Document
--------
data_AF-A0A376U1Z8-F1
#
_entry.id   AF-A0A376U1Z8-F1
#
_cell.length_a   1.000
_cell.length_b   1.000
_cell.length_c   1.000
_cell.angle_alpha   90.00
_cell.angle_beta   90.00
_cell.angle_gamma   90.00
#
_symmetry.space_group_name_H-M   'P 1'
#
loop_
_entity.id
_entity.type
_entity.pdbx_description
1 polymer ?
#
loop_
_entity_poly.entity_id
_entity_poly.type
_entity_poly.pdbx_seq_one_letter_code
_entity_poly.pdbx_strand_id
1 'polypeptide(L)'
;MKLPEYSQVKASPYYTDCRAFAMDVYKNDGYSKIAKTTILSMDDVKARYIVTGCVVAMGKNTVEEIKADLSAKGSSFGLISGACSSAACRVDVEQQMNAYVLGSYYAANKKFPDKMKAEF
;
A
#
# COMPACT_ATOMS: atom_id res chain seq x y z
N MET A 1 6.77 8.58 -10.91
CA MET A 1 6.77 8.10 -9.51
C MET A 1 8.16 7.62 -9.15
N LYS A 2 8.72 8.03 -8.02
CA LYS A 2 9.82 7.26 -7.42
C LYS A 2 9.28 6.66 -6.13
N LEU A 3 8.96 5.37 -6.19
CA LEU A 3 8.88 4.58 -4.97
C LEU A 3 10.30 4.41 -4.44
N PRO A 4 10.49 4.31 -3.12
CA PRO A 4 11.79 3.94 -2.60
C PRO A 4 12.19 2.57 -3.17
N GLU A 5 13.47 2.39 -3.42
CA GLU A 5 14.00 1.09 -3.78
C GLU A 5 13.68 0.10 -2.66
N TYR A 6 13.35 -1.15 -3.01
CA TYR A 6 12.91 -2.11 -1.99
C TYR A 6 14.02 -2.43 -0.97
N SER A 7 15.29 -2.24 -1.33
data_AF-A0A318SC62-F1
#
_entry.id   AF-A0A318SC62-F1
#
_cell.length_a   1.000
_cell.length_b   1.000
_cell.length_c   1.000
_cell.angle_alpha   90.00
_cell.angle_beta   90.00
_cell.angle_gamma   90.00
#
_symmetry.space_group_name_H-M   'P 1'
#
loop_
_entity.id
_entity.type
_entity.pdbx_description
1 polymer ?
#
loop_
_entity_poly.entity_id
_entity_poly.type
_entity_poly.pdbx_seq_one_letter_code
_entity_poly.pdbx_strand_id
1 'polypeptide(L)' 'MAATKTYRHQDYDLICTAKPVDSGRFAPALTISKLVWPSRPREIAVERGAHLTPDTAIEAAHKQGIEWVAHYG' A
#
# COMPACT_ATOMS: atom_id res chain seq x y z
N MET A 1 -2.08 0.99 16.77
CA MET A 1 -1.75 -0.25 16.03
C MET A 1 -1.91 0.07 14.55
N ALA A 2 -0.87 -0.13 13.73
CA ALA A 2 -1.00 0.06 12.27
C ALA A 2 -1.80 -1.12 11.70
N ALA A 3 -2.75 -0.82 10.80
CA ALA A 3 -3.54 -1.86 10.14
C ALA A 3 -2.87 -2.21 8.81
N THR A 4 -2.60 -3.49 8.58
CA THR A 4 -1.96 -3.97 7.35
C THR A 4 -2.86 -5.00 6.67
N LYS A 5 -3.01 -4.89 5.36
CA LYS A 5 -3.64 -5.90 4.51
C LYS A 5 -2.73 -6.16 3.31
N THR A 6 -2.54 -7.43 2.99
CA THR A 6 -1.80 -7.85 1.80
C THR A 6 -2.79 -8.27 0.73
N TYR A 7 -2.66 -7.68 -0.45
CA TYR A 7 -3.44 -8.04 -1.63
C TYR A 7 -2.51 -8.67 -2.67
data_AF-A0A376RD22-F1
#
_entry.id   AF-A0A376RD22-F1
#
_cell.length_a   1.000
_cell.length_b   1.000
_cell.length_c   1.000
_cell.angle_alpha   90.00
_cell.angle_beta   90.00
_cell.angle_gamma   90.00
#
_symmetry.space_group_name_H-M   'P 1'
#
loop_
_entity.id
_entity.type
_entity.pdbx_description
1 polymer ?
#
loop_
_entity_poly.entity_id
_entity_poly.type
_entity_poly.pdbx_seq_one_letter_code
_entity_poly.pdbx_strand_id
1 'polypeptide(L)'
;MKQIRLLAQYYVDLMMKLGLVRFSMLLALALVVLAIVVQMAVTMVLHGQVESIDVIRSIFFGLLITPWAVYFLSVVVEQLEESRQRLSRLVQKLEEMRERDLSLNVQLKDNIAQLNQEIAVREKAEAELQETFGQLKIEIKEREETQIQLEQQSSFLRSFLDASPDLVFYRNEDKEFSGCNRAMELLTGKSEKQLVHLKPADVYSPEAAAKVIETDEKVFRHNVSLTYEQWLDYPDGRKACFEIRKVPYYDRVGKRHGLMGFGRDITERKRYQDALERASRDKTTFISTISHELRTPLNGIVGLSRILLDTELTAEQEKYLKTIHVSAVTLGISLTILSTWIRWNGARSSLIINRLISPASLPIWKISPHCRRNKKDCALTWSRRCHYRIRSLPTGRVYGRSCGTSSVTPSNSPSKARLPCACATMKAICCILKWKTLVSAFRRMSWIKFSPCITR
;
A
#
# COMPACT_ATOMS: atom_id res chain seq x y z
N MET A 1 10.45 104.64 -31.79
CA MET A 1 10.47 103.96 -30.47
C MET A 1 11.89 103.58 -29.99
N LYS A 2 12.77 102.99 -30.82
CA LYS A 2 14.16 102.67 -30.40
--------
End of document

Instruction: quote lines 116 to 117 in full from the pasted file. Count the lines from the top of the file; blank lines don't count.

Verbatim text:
#
loop_